What Qualifies As A Mood Disorder?
An example of mood disorder is major depressive disorder. Mood disorder is a medical condition characterized by an altered mood. However, to qualify for a mood disorder, the condition should have certain specific symptoms which are outlined by DSM.
Mood disorder is a mental illness related to the altered mood of the patient. It is characterized by chronic changes in emotional behavior.
DSM is the Diagnostic and Statistical Manual of Mental Disorders, which provides information about the symptoms and diagnostic criteria for various mental disorders. The current edition in practice is the fifth edition which was updated in 2013. DSM is widely accepted in various countries and is published by the American Psychiatrist Association.
The prior edition was DSM IV-TR which was published in 2000. The new edition has seen various changes as compared to the previous edition. Various diagnostic measures and symptoms have been updated and the criteria are widened to sift the disorder from unspecific to specific. DSM provides the symptoms on the basis of which a mental disorder is classified.
The diagnosis of major or clinical depression, mania, and bipolar depression are done on the basis of various symptoms provided in the DSM. As various mental disorders are having overlapping symptoms, DSM tries to separate or differentiate different mental disorders to have a proper diagnosis and then strategize the treatment.
Qualification Of Major Depression
DSM provides various symptoms as a criterion for the diagnosis of major depression. Out of 8 symptom outlines, the patient should have simultaneously at least 5 symptoms in a period of 2 weeks, out of which one symptom must be either depression or loss of interest or pleasure. Following are the various symptoms that qualify the condition as major depression:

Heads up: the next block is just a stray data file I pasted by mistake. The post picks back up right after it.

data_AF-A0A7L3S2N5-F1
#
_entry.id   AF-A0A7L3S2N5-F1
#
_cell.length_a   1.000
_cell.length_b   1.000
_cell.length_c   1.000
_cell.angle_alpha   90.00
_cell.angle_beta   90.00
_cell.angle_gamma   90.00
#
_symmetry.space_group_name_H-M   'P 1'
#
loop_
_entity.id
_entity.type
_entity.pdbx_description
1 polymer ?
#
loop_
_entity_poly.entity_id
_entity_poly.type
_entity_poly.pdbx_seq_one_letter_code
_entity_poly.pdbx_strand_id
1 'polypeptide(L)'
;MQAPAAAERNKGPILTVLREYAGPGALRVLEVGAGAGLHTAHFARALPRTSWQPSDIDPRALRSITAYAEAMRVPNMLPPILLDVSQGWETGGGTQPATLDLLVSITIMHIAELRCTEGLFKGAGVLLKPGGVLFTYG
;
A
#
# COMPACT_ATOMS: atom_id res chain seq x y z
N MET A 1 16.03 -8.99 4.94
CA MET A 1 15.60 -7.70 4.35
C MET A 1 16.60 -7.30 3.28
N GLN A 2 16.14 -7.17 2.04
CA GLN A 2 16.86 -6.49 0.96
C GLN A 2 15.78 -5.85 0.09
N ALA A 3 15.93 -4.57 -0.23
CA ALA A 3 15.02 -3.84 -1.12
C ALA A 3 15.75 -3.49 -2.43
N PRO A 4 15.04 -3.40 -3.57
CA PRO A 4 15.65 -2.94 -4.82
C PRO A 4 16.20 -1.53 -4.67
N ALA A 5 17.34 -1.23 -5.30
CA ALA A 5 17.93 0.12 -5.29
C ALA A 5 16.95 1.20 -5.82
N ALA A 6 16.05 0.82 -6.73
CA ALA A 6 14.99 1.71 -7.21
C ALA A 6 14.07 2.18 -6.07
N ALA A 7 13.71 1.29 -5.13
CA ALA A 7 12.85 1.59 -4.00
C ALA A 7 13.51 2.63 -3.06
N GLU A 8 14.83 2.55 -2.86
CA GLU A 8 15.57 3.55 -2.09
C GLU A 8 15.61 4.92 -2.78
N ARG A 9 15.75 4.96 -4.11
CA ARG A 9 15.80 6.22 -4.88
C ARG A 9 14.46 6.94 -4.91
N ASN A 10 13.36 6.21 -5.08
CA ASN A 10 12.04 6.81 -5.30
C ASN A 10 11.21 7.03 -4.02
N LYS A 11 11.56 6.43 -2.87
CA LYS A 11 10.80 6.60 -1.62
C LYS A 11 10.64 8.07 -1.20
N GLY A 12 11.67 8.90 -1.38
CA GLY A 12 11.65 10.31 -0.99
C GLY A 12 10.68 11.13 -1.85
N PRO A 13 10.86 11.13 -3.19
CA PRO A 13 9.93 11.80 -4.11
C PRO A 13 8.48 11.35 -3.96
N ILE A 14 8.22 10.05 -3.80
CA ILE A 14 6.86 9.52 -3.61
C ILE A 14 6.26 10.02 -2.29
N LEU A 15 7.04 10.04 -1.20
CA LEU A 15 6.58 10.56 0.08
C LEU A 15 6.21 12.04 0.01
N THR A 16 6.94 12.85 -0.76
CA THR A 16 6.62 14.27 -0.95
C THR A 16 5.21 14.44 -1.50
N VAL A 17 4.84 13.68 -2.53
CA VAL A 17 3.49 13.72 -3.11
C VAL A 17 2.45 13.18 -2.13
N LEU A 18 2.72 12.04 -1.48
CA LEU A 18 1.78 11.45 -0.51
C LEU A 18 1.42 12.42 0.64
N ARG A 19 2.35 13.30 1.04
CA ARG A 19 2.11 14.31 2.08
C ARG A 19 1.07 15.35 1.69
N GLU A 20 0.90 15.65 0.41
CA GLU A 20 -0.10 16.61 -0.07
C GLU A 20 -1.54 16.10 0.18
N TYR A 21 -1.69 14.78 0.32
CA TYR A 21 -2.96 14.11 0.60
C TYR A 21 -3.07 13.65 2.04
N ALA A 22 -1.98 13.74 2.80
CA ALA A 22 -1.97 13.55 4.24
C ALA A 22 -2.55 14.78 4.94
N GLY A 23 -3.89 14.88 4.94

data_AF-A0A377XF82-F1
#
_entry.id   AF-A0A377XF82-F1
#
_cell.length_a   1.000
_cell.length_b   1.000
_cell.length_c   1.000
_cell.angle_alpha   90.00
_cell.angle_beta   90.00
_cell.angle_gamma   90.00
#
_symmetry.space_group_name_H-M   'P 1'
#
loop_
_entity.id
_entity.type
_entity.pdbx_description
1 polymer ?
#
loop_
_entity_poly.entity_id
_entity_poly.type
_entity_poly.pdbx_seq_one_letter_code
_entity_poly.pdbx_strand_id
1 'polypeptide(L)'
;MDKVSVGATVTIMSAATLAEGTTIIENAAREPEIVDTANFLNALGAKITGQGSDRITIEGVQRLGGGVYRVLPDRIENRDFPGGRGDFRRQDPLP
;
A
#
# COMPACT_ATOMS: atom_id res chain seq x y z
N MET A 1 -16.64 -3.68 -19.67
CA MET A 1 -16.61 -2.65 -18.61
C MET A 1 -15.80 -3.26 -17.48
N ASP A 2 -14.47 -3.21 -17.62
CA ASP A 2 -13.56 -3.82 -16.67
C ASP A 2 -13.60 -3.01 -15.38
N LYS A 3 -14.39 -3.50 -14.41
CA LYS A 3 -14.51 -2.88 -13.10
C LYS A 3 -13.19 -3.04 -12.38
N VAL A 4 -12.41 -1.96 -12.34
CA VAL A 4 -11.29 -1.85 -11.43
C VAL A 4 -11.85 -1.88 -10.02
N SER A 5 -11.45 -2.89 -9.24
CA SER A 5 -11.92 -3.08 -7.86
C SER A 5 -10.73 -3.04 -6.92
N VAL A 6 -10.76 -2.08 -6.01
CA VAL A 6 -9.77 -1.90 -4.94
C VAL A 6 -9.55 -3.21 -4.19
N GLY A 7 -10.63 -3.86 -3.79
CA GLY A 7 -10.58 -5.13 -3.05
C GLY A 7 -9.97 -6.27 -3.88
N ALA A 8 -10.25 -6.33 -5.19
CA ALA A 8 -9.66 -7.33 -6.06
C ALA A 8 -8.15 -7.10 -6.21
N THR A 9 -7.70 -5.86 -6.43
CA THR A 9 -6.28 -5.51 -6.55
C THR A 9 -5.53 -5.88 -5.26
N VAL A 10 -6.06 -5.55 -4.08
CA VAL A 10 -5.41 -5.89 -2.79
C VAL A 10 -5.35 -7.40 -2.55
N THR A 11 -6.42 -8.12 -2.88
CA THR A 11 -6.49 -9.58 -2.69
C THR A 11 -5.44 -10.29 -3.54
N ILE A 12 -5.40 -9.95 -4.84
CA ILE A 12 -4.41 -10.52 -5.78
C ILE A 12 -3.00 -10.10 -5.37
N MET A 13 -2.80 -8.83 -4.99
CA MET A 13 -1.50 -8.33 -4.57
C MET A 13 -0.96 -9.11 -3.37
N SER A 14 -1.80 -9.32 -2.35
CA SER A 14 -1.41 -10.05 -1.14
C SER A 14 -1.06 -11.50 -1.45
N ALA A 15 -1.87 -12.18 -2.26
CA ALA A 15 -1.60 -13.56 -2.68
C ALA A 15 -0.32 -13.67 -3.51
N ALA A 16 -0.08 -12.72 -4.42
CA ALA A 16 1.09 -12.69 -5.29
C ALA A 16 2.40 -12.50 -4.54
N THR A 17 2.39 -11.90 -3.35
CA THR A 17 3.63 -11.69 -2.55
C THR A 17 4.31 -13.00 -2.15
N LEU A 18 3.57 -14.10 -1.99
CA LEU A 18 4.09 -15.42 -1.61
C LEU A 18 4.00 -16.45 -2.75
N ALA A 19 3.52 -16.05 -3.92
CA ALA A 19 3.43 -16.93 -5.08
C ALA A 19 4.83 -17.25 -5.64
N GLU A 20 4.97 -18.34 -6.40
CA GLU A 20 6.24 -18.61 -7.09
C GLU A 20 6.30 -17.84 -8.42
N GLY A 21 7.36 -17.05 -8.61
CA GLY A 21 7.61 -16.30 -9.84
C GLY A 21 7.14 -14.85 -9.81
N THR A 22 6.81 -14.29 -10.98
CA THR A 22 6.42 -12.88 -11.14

Depressed Mood. The patient should have a depressed mood during the day approximately every day.
Loss Of Interest Or Pleasure. The patient should have lost his interest or pleasure in those activities which he enjoys prior to the condition.
Weight Loss. There should be a loss of appetite nearly every day and the patient should have unexplained or unintended weight loss.
Reduced Physical Movement. The patient has a restlessness and reduced physical movement which should be observed by others.
Fatigue. The patient should have a feeling of weakness or reduced energy in the condition related to major depression.
Feeling Of Worthlessness. The patient has a feeling of worthlessness or inappropriate guilt.
Reduced Mental Capacity. The patient, to qualify for major depression, has a reduced mental ability. The ability of the patient in concentrating or focusing and taking a logical decision is significantly reduced.
Suicidal Thoughts. The patient with the condition of clinical depression have suicidal thoughts and ideation without any plan or have attempted suicide or having a plan for committing suicide.
Qualification Of Manic
The criteria for manic, according to DSM, are as follows:
- A distinct period of elevated, expansive or irritable mood that lasts for at least one week.
- During such period, three or more of the below symptoms at an identifiable degree.
- Increased self-esteem
- Decreased sleep
- More talkative
- The reduced concentration of distractibility
- Increase in goal-oriented activity
- Excessive involvement in risky activities that may cause painful experiences.
- The symptoms differ from the qualification of mixed episodes.
Qualification Of Bipolar Disorder
Following are the symptoms, explained by DSM, to qualify a condition as bipolar disorder:
- Presence of at least 1 manic episode or mixed episode and optionally the manic episode may be followed with the depressed episode.
- Criteria similar to the manic disorder
- Marked impairment which is not due to a substance or medical condition
- The symptoms should cause functional impairment.
- The symptoms should not be due to substance misuse, general medical condition and or due to antidepressant therapy.
To differentiate between major depression, mania, and bipolar disorder mood disorders, the symptoms are categorically differentiated by Diagnostic and Statistical Manual of Mental Disorders, a manual published by the American Psychiatrist Association.
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